Some important things to know about Ulrich are that he is dedicated to his family and steadfastly upholds their side of a three-generation feud; he is devoted to revenge and retribution for wrongs against his family; he has the capacity for mercy, love, forgiveness and compassion; he trusts in the power of his comrades, his "men," more than he trusts in the dangers of the forest.
Ulrich has spent his life fighting for his family's rights and, in connection with that, yearning for the death of his enemy, Georg Znaeym, a young man about his own age from the enemy family. On the dark and stormy night of the story, Ulrich yearns for the chance to get the poacher, Georg, alone, so as to rid himself of his enemy.
When given the chance, Ulrich hesitates a moment because, being civilized, he isn't capable of killing in cold blood (neither has Georg, because he hesitates, too). This act of civility and mercy begins the revelation of the depths of Ulrich's (and Georg's) capacity for love, mercy, forgiveness, and compassion when, after a beech branch falls on, traps, and injures both men, Ulrich forgives Georg and asks his friendship because, while being trapped there, Ulrich has heard the humanity in Georg's suffering struggles.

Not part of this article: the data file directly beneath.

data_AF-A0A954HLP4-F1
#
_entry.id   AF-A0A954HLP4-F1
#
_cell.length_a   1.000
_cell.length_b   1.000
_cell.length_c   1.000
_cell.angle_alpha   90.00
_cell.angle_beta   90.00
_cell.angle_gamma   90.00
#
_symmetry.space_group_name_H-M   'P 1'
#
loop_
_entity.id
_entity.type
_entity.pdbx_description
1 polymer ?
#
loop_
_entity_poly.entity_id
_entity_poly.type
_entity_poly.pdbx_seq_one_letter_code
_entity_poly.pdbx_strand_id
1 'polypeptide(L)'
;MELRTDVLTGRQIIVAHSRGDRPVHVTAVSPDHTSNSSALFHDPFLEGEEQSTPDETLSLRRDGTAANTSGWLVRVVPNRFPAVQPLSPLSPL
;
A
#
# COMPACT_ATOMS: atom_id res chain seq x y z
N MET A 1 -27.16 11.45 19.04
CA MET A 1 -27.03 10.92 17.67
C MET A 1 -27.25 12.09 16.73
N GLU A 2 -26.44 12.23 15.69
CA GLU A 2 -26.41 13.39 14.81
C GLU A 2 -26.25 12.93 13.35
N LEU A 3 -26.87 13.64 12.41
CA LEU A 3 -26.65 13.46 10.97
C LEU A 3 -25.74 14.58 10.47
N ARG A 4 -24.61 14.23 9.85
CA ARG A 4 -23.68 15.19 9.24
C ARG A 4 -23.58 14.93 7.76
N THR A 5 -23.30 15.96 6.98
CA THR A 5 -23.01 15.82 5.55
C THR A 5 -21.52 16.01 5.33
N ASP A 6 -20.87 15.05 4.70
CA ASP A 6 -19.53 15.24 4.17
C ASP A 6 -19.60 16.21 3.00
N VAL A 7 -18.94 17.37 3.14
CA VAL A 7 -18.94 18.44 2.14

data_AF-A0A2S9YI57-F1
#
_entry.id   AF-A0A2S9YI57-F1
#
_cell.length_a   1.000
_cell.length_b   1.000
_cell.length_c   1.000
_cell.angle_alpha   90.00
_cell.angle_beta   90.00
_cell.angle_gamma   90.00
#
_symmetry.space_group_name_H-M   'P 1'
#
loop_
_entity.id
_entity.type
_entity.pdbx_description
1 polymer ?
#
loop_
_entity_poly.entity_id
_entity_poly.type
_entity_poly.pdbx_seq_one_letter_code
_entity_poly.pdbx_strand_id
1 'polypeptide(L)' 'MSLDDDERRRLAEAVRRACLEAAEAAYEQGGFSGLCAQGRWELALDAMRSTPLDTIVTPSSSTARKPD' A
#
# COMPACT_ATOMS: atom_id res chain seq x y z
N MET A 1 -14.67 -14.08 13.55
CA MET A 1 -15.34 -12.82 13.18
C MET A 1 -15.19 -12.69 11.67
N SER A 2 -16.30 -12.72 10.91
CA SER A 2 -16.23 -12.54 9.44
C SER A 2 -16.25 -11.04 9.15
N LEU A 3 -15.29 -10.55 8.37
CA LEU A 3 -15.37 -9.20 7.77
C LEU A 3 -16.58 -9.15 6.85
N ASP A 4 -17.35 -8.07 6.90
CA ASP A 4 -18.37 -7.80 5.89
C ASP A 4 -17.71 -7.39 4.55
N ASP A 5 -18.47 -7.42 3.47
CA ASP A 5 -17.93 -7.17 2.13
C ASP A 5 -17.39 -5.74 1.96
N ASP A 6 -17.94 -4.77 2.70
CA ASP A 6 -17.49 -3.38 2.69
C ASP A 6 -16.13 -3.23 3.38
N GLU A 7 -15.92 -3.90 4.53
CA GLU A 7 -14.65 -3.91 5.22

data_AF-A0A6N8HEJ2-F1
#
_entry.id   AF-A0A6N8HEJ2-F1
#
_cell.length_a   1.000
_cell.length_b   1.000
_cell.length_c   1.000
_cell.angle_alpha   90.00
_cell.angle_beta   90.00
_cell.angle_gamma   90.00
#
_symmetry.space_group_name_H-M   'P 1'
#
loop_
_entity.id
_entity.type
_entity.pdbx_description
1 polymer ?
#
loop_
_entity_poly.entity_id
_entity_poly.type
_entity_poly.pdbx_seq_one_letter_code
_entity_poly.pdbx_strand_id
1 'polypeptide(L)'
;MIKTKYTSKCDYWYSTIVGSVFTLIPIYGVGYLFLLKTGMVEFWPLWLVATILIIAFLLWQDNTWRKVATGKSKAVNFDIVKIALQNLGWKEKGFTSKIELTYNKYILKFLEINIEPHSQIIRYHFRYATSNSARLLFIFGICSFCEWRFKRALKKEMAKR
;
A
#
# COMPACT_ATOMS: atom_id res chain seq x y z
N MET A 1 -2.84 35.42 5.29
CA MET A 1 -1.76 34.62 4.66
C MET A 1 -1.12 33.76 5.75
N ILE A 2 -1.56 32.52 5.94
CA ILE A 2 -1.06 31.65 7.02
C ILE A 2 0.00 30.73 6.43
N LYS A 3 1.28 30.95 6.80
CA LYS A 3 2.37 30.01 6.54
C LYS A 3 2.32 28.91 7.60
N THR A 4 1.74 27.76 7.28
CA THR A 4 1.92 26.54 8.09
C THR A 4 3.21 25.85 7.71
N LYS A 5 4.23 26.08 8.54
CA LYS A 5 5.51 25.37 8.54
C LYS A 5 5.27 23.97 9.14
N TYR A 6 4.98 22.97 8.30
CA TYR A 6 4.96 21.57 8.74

An idea was slowly forming and growing in [Ulrich's] brain. . . he looked across at the man who was fighting so grimly against pain and exhaustion. . . [T]he old fierce hatred seemed to be dying down.
"Neighbour," he said presently, ". . . I've changed my mind. . . Neighbour, if you will help me to bury the old quarrel I—I will ask you to be my friend."
Ulrich has so much trust in his men coming to save him that he forgets about the trust men can have in nature to overwhelm and devour them: calling for his men, Ulrich inadvertently calls in the wolves.
"Are they your men?" asked Georg. "Are they your men?" he repeated impatiently as Ulrich did not answer.
"No," said Ulrich with a laugh, the idiotic chattering laugh of a man unstrung with hideous fear.
"Who are they?" asked Georg quickly, straining his eyes to see what the other would gladly not have seen.